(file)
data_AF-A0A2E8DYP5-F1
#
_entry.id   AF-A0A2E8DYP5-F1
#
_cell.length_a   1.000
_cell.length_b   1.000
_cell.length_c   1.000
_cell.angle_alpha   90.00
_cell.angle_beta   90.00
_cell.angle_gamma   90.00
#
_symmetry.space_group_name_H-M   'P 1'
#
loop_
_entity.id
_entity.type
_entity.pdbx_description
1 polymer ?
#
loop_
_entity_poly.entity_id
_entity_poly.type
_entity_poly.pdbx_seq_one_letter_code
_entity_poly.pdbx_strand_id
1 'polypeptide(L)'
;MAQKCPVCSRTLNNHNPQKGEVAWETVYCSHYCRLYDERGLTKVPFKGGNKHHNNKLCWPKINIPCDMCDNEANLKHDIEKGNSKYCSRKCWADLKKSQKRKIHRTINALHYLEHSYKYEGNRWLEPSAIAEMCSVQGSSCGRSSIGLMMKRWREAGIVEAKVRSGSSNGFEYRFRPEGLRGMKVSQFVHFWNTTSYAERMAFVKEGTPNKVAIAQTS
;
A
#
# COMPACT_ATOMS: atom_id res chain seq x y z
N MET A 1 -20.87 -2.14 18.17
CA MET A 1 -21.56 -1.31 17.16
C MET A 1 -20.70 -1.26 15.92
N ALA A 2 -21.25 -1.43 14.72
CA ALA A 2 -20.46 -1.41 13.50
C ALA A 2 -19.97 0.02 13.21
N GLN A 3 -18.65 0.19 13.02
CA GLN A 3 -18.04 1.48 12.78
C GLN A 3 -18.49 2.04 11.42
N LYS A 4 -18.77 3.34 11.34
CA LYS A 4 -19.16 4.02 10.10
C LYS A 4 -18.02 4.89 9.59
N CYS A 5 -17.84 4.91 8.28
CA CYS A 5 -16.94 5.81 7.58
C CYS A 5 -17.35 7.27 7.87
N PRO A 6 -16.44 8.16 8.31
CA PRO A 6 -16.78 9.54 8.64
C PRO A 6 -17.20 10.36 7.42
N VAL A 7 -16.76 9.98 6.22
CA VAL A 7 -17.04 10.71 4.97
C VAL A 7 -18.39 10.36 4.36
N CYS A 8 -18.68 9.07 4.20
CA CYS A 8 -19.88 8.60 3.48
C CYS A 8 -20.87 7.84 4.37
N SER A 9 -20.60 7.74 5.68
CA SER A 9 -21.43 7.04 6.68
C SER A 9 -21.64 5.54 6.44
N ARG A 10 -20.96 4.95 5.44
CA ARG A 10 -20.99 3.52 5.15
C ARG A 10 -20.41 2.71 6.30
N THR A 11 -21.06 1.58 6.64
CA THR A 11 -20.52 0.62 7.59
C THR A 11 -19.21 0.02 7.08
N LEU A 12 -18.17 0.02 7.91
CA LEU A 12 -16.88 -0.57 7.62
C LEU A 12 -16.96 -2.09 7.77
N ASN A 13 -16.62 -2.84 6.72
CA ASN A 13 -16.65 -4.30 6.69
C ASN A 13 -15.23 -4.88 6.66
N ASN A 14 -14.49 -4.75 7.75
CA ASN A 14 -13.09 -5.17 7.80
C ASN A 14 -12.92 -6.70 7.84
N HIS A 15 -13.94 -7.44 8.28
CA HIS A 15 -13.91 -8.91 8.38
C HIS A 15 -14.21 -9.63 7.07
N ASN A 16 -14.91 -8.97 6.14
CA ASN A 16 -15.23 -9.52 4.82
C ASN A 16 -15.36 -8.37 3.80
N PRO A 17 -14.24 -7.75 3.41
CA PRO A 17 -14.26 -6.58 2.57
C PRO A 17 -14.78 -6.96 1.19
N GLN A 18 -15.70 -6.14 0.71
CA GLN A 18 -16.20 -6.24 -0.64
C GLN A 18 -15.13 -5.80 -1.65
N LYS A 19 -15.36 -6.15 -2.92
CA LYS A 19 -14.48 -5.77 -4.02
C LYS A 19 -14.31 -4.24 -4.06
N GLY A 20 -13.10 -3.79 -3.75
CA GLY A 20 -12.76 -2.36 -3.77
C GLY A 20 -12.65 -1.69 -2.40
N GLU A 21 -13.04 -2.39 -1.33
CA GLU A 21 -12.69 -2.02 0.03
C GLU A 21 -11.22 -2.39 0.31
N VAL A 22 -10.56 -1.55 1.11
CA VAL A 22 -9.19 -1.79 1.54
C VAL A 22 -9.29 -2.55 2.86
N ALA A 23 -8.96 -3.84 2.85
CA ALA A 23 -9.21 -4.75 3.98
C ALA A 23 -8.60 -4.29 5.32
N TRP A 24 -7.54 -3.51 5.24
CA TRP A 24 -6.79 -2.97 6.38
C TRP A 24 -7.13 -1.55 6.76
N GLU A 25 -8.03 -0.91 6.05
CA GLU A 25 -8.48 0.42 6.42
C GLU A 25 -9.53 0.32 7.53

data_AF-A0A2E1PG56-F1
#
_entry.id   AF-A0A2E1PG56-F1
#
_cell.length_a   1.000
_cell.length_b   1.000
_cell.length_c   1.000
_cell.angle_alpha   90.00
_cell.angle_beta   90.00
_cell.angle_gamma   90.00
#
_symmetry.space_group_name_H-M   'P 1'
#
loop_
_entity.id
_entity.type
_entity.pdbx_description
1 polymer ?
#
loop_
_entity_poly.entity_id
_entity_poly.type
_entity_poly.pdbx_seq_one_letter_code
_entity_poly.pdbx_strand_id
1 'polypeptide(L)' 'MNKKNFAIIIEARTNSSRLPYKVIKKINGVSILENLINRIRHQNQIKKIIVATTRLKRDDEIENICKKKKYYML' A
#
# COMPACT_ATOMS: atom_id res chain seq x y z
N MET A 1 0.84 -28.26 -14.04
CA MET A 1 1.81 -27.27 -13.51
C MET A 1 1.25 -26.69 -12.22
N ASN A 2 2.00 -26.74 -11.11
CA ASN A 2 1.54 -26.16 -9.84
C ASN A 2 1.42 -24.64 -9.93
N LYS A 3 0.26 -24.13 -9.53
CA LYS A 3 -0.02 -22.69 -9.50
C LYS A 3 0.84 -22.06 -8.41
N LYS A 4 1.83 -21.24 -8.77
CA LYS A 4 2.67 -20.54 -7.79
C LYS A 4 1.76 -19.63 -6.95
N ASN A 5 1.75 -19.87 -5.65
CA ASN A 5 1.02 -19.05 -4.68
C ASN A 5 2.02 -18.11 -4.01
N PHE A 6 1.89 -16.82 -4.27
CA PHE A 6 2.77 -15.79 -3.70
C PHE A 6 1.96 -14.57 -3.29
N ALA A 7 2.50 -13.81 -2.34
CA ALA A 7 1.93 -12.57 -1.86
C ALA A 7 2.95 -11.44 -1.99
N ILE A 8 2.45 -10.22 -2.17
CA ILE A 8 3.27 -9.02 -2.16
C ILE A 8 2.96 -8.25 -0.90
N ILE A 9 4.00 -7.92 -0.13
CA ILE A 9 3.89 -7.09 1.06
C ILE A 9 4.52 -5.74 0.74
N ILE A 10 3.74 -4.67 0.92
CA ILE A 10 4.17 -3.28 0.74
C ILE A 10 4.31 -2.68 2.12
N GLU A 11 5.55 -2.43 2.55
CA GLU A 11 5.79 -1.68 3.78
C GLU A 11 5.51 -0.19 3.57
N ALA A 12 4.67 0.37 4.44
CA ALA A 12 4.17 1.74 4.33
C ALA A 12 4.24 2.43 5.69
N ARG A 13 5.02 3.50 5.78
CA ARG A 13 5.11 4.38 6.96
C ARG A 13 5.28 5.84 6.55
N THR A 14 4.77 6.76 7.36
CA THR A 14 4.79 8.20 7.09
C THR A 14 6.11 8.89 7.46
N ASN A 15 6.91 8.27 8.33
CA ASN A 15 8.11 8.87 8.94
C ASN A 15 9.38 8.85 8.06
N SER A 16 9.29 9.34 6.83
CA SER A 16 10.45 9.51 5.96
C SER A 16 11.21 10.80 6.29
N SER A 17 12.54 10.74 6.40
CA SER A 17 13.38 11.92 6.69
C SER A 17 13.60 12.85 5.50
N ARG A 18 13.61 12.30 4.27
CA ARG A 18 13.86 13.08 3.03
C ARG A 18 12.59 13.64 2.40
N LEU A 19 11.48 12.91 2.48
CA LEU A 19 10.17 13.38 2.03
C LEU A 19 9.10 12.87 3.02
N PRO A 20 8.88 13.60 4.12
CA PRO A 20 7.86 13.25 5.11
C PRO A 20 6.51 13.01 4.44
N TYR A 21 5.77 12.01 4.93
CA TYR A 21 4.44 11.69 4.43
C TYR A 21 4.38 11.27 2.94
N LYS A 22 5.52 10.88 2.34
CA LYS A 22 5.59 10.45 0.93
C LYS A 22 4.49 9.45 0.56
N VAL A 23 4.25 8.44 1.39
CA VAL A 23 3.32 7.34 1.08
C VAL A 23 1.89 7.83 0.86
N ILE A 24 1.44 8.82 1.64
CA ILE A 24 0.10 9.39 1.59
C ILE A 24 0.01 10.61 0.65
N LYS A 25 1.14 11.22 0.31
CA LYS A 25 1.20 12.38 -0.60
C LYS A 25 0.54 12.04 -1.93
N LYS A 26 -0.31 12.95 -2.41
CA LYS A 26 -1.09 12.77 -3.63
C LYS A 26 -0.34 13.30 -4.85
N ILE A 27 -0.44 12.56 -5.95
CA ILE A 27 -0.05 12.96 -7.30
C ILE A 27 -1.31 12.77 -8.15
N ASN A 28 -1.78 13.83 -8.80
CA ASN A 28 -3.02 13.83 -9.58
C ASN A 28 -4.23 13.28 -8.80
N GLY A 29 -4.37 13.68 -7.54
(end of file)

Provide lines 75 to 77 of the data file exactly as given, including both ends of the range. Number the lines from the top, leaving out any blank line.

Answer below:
C HIS A 15 -14.21 -9.63 7.07
N ASN A 16 -14.91 -8.97 6.14
CA ASN A 16 -15.23 -9.52 4.82